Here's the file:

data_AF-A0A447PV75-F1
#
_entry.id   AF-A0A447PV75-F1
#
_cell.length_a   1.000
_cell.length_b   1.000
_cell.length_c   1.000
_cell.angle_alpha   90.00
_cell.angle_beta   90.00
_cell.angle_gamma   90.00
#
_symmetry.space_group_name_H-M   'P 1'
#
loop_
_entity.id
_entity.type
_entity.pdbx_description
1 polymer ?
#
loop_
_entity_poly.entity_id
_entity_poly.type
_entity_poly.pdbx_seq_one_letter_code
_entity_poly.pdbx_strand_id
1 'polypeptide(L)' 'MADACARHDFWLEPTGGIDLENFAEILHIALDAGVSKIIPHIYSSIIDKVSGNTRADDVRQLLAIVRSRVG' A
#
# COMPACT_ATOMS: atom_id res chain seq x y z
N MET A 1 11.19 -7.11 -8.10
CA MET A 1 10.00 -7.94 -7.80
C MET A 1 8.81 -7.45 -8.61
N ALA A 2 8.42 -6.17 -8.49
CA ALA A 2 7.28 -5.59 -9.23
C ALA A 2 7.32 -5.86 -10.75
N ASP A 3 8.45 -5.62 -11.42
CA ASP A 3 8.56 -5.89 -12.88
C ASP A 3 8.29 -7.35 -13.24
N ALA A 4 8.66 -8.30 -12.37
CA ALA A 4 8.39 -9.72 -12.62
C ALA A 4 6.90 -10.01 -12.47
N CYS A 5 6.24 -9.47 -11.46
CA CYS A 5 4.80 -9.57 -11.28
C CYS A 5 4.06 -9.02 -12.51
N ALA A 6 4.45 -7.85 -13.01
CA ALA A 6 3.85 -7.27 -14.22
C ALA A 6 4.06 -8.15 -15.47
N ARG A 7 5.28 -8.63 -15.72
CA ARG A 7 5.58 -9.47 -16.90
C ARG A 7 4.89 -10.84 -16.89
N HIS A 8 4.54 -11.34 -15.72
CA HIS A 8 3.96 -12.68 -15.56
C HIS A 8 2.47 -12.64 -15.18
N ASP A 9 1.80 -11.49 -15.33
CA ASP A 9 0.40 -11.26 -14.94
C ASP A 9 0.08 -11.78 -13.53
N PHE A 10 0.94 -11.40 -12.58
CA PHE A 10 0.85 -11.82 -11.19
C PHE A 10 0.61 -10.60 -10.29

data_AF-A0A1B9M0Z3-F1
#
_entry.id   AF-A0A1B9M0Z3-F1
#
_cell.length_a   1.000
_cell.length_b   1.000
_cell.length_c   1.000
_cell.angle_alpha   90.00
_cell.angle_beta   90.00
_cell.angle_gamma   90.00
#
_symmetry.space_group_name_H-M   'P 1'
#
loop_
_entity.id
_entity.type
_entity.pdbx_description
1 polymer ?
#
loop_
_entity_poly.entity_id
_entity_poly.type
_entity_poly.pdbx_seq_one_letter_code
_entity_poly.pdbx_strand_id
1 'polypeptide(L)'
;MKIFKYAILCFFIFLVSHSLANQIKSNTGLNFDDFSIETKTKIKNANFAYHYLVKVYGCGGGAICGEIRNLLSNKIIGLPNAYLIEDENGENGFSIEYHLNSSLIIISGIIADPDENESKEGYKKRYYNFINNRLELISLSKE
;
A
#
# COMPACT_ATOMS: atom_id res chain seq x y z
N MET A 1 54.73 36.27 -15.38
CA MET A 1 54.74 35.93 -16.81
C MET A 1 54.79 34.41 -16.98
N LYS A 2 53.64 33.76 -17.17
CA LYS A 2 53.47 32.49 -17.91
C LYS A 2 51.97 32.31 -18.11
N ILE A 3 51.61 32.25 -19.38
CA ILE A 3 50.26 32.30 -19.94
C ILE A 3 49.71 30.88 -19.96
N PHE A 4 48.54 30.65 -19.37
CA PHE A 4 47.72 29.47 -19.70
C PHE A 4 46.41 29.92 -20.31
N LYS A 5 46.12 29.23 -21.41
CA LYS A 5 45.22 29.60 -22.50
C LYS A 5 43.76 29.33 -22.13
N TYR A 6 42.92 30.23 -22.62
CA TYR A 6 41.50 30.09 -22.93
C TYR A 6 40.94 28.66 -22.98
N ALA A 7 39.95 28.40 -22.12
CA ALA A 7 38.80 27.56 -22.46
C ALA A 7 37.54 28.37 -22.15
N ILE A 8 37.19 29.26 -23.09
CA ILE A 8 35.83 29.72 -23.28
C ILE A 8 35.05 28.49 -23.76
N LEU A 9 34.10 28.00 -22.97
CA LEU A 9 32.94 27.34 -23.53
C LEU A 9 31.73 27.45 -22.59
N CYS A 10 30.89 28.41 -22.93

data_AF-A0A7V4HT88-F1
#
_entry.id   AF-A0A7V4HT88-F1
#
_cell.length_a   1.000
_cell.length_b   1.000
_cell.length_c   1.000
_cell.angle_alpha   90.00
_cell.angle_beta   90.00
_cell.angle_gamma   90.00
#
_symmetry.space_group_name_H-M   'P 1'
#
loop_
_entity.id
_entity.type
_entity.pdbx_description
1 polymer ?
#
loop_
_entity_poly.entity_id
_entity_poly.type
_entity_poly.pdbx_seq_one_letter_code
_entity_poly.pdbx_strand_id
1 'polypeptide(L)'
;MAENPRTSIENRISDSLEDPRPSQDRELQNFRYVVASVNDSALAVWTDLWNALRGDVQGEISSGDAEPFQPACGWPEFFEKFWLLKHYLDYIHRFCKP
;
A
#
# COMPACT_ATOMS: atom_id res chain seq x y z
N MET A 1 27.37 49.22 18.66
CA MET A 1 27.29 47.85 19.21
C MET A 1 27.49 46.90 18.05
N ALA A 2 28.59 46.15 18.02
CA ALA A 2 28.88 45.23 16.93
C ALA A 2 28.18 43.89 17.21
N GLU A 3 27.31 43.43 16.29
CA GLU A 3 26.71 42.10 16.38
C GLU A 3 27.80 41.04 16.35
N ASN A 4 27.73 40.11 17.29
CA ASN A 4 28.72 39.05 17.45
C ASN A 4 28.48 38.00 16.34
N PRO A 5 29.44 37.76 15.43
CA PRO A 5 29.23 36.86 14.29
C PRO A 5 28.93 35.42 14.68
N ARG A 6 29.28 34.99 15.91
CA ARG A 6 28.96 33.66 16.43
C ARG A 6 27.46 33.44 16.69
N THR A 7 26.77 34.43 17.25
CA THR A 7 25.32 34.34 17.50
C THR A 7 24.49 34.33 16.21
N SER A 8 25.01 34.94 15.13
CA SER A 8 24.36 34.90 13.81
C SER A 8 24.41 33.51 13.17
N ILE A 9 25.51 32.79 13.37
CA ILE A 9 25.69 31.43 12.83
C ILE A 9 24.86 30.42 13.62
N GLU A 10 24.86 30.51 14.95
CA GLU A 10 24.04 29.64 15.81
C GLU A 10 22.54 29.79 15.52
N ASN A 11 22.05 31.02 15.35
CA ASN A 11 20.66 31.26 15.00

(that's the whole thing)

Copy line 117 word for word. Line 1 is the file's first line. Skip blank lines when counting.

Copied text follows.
#